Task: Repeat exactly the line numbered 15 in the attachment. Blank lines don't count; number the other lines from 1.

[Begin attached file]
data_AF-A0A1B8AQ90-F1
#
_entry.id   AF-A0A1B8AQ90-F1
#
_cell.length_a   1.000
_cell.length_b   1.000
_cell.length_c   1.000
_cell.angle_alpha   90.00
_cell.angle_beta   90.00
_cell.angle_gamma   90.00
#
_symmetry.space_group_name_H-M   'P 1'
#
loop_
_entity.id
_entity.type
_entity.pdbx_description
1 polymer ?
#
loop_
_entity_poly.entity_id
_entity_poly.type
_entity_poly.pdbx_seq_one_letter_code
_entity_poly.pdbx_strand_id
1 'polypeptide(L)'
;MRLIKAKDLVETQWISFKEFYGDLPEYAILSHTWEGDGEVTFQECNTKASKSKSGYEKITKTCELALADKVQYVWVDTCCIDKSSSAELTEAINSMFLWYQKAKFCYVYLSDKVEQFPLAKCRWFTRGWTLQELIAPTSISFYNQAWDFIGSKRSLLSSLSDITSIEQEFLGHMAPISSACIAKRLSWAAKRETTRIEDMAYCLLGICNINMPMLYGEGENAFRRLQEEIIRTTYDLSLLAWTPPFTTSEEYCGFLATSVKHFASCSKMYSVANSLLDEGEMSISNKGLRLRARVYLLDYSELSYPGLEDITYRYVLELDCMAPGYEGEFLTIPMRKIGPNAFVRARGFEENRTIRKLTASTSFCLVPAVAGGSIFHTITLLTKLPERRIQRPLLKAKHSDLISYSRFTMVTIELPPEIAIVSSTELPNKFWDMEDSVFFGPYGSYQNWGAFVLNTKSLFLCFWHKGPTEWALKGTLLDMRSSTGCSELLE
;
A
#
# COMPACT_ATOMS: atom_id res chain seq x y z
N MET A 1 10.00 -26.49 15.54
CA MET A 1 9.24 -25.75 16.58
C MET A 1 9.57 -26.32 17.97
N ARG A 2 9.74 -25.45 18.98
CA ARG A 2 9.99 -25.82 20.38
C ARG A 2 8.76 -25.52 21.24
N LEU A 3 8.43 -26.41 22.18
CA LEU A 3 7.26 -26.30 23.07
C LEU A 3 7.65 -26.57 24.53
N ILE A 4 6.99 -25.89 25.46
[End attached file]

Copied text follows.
_entity.id